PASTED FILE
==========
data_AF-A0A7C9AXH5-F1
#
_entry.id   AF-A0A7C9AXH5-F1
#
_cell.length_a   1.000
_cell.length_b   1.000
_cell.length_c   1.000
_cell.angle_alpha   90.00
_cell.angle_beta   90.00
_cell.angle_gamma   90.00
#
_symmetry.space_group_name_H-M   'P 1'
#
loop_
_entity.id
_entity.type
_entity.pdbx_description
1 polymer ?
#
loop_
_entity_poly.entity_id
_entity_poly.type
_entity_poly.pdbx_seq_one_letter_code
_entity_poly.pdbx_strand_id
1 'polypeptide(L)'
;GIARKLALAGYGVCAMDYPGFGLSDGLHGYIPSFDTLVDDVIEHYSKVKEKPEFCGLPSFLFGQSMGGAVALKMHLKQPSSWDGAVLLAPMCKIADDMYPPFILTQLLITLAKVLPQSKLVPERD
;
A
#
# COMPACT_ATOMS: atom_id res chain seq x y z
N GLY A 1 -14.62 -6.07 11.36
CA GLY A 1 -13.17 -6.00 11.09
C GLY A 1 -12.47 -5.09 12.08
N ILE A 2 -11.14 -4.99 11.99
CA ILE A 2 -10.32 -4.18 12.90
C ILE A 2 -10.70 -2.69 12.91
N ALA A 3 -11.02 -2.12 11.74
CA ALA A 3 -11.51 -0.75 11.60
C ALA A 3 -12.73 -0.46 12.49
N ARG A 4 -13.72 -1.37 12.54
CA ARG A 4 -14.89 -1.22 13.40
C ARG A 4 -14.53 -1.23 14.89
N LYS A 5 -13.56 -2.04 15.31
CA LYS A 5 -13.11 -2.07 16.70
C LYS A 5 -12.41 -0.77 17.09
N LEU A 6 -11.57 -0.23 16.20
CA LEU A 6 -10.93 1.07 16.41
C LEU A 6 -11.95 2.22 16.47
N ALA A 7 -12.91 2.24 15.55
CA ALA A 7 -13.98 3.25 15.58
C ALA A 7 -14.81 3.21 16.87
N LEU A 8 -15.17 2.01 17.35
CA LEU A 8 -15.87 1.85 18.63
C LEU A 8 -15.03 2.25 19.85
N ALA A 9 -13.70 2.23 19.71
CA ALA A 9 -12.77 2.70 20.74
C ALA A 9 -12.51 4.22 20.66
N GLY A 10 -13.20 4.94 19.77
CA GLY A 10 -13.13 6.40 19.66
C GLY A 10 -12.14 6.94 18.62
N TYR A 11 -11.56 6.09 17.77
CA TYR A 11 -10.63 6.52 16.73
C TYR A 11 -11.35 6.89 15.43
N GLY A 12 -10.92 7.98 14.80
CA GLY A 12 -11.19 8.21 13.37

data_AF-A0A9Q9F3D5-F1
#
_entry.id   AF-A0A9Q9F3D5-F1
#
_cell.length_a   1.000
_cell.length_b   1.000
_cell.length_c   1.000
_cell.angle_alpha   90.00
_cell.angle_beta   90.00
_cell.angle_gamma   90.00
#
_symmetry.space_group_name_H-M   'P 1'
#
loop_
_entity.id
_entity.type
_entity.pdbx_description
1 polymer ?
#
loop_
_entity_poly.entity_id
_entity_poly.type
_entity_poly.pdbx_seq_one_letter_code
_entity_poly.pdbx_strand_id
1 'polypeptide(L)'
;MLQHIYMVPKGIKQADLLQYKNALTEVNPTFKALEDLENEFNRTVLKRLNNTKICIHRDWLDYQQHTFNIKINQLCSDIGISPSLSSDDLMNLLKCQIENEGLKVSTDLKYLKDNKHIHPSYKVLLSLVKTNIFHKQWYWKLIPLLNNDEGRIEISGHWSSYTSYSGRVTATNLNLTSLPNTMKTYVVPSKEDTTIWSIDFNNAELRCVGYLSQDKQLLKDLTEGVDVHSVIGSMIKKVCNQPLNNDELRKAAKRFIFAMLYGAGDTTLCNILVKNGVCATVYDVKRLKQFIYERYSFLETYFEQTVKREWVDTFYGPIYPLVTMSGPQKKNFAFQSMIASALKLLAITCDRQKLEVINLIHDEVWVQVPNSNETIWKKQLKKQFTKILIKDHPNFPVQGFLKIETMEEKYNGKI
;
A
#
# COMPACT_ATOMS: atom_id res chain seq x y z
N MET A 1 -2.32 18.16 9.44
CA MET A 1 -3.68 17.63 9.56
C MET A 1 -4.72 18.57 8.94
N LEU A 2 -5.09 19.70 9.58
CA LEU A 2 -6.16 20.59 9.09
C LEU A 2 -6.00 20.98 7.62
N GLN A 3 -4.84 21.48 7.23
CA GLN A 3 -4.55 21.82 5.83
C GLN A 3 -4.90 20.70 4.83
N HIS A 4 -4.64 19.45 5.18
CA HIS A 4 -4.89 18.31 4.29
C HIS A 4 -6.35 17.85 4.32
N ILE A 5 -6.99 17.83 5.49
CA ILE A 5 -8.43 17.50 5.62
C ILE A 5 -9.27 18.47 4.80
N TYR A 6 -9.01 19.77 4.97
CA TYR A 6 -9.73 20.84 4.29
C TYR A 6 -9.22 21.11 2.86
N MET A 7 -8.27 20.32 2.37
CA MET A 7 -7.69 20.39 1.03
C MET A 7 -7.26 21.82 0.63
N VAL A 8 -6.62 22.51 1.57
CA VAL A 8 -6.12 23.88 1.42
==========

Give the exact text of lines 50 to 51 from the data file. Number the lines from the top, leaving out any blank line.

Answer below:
CA ALA A 7 -13.98 3.25 15.58
C ALA A 7 -14.81 3.21 16.87